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PNG history makers tell their stories on new website

Adjunct Prof Ian Kemish AM with the late Ben MoideUNIVERSITY OF QUEENSLAND

A NEW website hosting interviews with Papua New Guineans who were prominent around the time of independence from Australia in 1975 has been launched.

'PNG Speaks' (click on this link to visit the site) was developed by the National Museum and Art Gallery of PNG, the University of Queensland, Deakin University and the Australian government to preserve PNG’s oral history.

National Museum and Art Gallery acting director Senea Greh said ‘PNG Speaks’ provides important insights into how Papua New Guineans experienced the transition to an independent nation in 1975.

“This project comes at a time when we are looking back at PNG’s path to independence over the years since the end of World War II,” Mr Greh said.

“This is the subject of a major exhibition at the National Museum and Art Gallery, scheduled for later in 2017.”

Former Australian High Commissioner to PNG, Adjunct Professor Ian Kemish (pictured above with the late Ben Moide), said the people interviewed represented only a sample of the many people who had important views and recollections to share on the period.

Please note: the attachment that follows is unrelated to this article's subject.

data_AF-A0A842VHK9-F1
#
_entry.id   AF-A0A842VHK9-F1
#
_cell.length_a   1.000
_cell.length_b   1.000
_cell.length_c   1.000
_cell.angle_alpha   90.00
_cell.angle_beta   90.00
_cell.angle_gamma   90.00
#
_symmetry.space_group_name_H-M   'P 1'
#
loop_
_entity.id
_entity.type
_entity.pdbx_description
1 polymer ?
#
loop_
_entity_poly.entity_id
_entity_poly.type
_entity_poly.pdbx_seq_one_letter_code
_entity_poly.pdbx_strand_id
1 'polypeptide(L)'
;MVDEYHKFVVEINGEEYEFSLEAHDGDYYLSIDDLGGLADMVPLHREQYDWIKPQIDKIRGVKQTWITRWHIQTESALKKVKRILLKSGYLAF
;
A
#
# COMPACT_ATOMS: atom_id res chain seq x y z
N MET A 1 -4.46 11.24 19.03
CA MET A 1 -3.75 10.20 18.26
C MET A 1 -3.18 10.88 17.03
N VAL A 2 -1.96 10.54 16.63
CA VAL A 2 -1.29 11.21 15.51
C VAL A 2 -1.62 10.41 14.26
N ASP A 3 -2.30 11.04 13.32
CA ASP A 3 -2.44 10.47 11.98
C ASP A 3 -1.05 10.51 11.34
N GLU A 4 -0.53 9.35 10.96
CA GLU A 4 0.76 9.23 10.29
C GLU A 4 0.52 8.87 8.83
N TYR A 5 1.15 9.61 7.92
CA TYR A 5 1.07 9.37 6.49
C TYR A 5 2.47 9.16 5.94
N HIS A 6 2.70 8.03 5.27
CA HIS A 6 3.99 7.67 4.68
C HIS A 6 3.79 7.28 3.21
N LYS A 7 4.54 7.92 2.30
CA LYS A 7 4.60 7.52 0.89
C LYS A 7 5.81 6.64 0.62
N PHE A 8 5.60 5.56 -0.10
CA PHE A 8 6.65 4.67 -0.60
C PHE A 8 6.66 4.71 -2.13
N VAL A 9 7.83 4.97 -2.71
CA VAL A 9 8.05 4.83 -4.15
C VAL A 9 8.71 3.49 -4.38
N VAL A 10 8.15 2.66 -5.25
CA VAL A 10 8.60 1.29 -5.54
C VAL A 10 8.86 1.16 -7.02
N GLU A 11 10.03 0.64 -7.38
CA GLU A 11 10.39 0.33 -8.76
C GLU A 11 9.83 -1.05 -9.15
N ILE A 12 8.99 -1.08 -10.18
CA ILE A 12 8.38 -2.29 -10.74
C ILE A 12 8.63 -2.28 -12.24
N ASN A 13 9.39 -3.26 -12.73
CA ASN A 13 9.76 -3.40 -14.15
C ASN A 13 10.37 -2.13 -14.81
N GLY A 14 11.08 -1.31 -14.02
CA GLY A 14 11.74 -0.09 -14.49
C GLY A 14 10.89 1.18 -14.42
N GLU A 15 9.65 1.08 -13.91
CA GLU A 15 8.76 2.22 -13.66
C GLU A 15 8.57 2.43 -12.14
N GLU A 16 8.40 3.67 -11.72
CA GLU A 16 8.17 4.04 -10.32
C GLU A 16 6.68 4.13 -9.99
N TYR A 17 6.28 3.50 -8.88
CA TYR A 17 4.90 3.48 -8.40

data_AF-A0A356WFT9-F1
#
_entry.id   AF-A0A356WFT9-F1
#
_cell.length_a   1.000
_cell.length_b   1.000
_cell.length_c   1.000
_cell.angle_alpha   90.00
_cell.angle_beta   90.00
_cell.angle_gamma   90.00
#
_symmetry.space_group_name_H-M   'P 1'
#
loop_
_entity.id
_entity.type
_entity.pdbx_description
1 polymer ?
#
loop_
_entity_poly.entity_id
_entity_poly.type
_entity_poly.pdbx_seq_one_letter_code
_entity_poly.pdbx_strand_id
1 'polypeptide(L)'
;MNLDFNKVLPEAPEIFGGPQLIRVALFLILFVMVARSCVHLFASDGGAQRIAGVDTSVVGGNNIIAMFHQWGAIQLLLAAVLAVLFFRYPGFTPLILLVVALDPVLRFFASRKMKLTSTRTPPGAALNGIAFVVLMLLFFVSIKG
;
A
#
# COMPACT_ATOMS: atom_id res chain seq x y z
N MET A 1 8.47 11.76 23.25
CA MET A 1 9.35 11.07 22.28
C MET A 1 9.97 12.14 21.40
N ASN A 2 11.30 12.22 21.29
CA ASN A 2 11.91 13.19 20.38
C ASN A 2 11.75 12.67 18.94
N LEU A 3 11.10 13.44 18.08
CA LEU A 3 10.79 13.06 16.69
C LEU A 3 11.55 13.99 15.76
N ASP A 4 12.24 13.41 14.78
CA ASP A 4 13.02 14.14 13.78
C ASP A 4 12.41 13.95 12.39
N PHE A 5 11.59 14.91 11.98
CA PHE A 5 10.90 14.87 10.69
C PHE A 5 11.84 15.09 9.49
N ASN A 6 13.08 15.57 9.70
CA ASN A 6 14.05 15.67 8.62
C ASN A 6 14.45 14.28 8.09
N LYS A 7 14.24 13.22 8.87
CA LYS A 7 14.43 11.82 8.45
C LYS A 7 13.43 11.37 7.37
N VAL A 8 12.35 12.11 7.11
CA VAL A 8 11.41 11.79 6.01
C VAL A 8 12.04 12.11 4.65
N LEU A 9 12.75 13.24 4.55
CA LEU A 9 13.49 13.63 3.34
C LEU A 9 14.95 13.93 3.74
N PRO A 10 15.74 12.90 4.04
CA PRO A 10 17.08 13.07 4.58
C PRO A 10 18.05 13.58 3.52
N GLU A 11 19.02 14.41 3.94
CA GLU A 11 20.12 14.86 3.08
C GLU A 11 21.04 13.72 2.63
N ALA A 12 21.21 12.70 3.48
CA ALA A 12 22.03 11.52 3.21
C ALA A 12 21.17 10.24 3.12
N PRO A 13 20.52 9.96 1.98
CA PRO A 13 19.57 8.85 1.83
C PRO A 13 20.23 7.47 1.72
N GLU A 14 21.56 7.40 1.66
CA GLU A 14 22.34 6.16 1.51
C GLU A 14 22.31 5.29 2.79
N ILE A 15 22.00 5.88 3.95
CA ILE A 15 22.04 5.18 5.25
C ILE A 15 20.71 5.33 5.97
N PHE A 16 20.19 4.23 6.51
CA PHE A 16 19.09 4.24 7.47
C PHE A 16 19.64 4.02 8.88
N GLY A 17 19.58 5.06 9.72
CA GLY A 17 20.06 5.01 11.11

“We recognise that, given the many thousands of Papua New Guineans who participated in the independence period, this website will remain a work in progress for many years,” Mr Kemish said.

Dr Anne Dickson-Waiko from the University of Papua New Guinea and Professor Musawe Sinebare from the University of Goroka also played significant roles in planning and conducting interviews.

“This project is an important element in a broader body of oral history research which sheds light on key moments in PNG’s rich history,” said Dr Jonathan Ritchie of Deakin University.

Sir Michael SomareThe people interviewed so far include Sir Michael Somare (left), former PNGDF Commander Ted Diro, journalist Biga Lebasi, former senior public servants Charles Lepani and Jean Kekedo, Papuan separatist leader Dame Josephine Abaijah and political scientist and former premier Stephen Pokawin.

The website also contains resources including a digitised version of ‘A Papua New Guinea Political Chronicle’ by Emeritus Professor Clive Moore and Dr Mary Kooyman of Queensland University. The paper provides detailed contemporary accounts of PNG’s political developments from 1967-1991.

“To better understand one’s history is to understand the opportunities of the future, which is why projects like this are so important,” said Australia’s High Commissioner to PNG, Bruce Davis.

He the High Commission was pleased to have partnered with organisations in Papua New Guinea and Australia to support the project.


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